“The recovery route has to start with apprenticeship courses, and a national advertising campaign. It is also about us as a profession standing firm and saying ‘enough is enough’,” she said.

“The move now has to come from NHS England, Public Health England and Health Education England,” she said. “They have only just started to work together to say ‘we’re about to hit this crisis’.

“We’ve known for about 10 years now that in 2021 there will be a massive population explosion of young people who have outlived their life-limiting diagnosis, who have now got complex health needs that are coming into health services that aren’t there,” added Ms Laverty.

“The Learning Disabilities Mortality Review report… highlighted the need for learning disability nurses”

Rebecca Chester

“This is beyond universities,” she said. “There are universities up and down the country doing sterling work but we need to look to diversify and increase the routes to come into learning disability nursing.” 

She noted that problems with attracting students onto programmes had been ongoing for many years, due to the workforce being less visible than other healthcare professions.

Learning disability nurse training at the University of Nottingham will cease at the end of the current academic year after the course stopped recruiting new students two years ago.

In a recent interview with Nursing Times, the chair of the UK Learning Disability Consultant Nurse Network, Rebecca Chester, also stressed the need for a national marketing campaign to attract more people into the field, in light of falling application rates.

Commenting on the Council of Deans survey results, she said: “Unfortunately, given the changes to how nursing programmes are funded, I am not surprised by the decline in student applications.

“Over 50% of learning disability nurse students are mature students and therefore can’t afford to train,” she said. “The impact of this is that courses are unviable.

Rebecca chester

Rebecca Chester

Rebecca Chester

“There is talk of a strategy to tackle the issues for 2019. We don’t need any more reports, telling us what we already know. We need to take action now to ensure that there is appropriate training available to meet workforce needs and most importantly to ensure that the health needs of people with learning disabilities are met,” she said.

Ms Chester noted that findings from a recent NHS England review of deaths of patients with learning disabilities, which showed 13% of cases involved serious problems with care such as treatment delays or abuse, had demonstrated the need for nurses working in the field.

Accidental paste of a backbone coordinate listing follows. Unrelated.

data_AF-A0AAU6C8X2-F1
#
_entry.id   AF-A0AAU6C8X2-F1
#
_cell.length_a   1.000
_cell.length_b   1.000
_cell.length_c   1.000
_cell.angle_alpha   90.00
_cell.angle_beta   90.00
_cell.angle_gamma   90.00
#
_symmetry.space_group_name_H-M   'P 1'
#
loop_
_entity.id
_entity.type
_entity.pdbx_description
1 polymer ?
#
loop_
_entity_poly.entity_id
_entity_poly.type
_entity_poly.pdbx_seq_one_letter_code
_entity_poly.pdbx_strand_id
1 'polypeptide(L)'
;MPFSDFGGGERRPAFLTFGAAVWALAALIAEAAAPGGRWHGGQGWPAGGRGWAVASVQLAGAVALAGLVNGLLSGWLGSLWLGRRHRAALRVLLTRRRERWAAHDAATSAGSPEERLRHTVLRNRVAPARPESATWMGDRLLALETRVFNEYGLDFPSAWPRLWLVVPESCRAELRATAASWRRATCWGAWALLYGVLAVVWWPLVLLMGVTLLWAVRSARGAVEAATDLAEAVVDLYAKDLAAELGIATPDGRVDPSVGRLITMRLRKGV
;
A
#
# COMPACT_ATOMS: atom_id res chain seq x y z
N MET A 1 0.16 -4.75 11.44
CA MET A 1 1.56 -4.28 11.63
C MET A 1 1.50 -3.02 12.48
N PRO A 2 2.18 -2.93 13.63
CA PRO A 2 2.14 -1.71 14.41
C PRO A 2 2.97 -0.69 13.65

“The Learning Disabilities Mortality Review report and many reports before it have highlighted the need for learning disability nurses. These nurses are the reasonable adjustment in supporting people with learning disabilities to have their health needs met. This is a basic human right,” she said.

Lisa Bayliss-Pratt, chief nurse at Health Education England, said: “HEE values learning disability nurse courses and is committed to securing their future and to making sure we have a future workforce that has the right skills mix to meet changing needs of people, families and carers.”

“Learning disability nurses play a vital role in supporting people’s needs and that is why, working with partners including NHS England and education providers, we are looking at the issues affecting this key workforce, including recruitment to training courses. The survey conducted by the Council of Deans is a key part of this work.”

Shen noted HEE was hosting a series of upcoming regional events “to give the nursing community and education providers a chance to tell us their views and experiences to help us build up a picture of what is happening across the country”.

“We will use the feedback provided to help shape plans for a workforce capable of delivering the new models of care designed to meet the needs of children and adults with learning disabilities and/or autism,” she added.





Readers' comments (2)

  • Why can’t you just be an Adult or Mental Health nurse and complete an add on course to your degree to bring you up to speed?

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  • I agree with the above poster that for people studying adult or mental health nursing they could be offered a course in LD to allow them to practice in both fields. I am now half way through my adult nursing course, but previously I worked in LD as a support worker and HCA. However, in my area there are limited jobs for LD nurses as most of the work is done by support workers. There is also the issue that the NHS is reducing inpatient beds.